The west African nation of Liberia became a fast-growing economy in 2011 despite civil wars and political upheavals. This was due to the growth led by the agricultural sector especially exports of rubber and timber.
The nation’s economy is primarily based on agriculture followed by mining and telecommunications. The main imports include machine equipment, consumer products, raw materials, refined petroleum, boat propellers and centrifuges. Liberia imports these trade goods from China, Japan, South Korea, Brazil and Germany.
The country earns valuable revenue through exports of rubber, diamonds, gold and iron. The country has trade links with North America, Europe and also Middle eastern nations.
Liberia also has many natural resources yet political conflict and corruption hinder economic growth. It has five ports that need to be expanded and also the infrastructure needs to be improved to meet global standards.
The National Port Authority, made by an Act of the country’s legislature is a state body that operates, manages, plans, and builds the ports in Liberia. Liberian ports play a crucial role in the development of the economy as they bring in precious revenue that is much needed in this gradually developing the African nation.
In this article, let us look at the ports in Liberia.
Port of Monrovia
Monrovia city is the capital of Liberia and the Monrovia Port is the biggest and the premier port of the country. It is situated on the western coast of Africa having a man-made harbour that is sheltered and protected by two breakwaters, spanning 4 km North-west and south-west from the banks.
The port exports iron ore, crude rubber, bulk latex, coffee, cocoa, timber, seafood etc. The imports comprise petroleum products, building materials and all kinds of general cargo.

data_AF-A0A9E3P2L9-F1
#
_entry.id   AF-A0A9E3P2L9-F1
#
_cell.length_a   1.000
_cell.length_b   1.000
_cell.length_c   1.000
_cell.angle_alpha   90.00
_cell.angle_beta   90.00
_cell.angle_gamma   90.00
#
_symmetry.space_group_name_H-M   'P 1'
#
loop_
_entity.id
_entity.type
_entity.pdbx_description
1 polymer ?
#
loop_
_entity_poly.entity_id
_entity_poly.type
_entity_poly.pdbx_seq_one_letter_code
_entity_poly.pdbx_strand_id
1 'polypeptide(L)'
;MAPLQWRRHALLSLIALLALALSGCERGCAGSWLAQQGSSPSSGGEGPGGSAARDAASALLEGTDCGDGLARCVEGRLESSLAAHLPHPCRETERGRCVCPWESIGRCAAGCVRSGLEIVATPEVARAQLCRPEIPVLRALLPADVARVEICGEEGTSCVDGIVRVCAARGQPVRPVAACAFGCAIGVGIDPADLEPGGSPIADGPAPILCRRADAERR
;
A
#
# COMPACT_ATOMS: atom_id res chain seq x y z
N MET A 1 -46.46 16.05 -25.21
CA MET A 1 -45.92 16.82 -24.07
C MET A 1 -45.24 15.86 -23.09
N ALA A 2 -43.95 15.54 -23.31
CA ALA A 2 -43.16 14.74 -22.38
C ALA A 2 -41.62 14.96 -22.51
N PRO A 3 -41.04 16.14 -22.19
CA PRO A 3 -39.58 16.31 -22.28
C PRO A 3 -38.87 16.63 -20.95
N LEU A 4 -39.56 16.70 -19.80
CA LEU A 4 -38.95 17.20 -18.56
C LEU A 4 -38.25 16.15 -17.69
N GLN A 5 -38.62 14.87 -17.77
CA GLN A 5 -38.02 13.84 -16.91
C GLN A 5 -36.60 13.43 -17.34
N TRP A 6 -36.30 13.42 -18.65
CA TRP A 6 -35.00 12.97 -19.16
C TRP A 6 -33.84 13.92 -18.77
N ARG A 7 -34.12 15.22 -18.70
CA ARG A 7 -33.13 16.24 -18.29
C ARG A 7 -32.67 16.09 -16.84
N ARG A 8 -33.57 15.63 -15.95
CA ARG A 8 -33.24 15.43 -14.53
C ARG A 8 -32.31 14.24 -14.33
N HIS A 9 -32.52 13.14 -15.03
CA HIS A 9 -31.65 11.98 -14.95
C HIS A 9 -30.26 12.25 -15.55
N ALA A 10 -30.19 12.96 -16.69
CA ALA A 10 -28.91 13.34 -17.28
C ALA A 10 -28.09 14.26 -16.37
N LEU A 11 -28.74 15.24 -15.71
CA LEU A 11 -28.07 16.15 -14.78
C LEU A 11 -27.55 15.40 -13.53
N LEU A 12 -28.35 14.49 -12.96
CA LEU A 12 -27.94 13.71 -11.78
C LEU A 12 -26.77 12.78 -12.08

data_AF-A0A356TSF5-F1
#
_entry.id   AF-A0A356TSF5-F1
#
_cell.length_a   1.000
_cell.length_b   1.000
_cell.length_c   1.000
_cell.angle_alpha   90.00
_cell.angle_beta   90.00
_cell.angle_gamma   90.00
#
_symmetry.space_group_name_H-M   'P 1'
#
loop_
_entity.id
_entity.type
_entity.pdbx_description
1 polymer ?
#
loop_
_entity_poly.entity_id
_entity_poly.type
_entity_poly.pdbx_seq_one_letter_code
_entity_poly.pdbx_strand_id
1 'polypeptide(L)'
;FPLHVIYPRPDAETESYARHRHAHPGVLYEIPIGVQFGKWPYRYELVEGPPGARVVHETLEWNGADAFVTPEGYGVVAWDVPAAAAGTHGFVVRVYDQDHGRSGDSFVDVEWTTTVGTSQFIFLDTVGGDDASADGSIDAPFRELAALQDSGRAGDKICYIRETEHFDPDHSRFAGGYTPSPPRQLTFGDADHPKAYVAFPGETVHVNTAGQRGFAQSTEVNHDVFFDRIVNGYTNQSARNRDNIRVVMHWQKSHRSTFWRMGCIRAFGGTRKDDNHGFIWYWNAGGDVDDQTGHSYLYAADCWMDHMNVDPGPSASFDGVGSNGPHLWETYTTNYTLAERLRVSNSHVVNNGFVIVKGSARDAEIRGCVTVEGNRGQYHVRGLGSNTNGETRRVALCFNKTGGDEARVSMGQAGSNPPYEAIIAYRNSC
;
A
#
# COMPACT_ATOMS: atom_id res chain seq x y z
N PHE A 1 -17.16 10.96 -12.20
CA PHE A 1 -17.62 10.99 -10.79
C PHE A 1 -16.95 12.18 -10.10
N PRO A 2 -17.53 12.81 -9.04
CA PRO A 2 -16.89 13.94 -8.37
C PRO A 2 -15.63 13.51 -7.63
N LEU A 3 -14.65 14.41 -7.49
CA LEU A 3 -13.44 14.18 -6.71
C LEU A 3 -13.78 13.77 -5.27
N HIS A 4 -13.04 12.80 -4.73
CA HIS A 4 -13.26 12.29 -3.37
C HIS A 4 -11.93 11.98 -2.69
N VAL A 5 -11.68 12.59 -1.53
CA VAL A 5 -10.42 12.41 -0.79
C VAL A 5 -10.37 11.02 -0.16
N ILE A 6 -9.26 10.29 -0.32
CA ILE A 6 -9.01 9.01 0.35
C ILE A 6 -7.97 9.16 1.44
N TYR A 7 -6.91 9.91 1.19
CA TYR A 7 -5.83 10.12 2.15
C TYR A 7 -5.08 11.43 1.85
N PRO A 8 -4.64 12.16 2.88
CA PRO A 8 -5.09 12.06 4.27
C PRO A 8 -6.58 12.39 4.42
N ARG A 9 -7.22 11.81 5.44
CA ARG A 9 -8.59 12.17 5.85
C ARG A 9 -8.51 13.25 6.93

This is Liberia’s busiest port and deals with 735,000 tonnes of cargo and 20,000TEU every year. Tankers with LOA 198.1m can access the port as the draught is 9.1m.
A new dock was built measuring 600 meters in the main port area and it has three berths. The first is the silo berth, the second is the container berth and the third is the conventional berth.
The company that primarily operates at Monrovia port is APM Terminals that operates the Container terminal and the Bulk Terminal. The land is owned by the National Port Authority.
The APM terminals have built a 600 m wharf at the port. This port expansion project cost $50 million. A new port modernization plan is being implemented that would cost $34.5 million. This programme would revamp the port infrastructure, including the construction of a new operations department building, pavement of yards, building new gates, installation of latest software systems to track container and cargo movements, a new drainage system, a biometric system etc. After it is completed, it would drastically increase the port’s efficiency.
The port equipment is managed by the company, APM Terminals. The port does not have fixed shore cranes and so all the ships coming here need to use their crane. The port has 6 reach stackers with a capacity of 45 million tonnes, 9 tractors to transfer goods and bulk cargo from the docks to the storage spaces and 4 forklifts with varying capacities ranging from 5 million tonnes to 14 million tonnes. The port also has 2 handlers with a capacity of 10 million tonnes.
APM terminals are also planning to bring in more port equipment. The port has much more potential and is not congested.
The port offers container facilities including a container freight station, cold storage facility, and 120 reefer stations. The port has no facility for handling grain and bulk cargo. Bagging services are not available but there are 4 grabs and the APM terminal can aid in unloading grains.
The Main storage terminal comprises an open yard measuring 10 hectares, It is used for storing containers as only containerized cargo can be stored at this port.
Port of Buchanan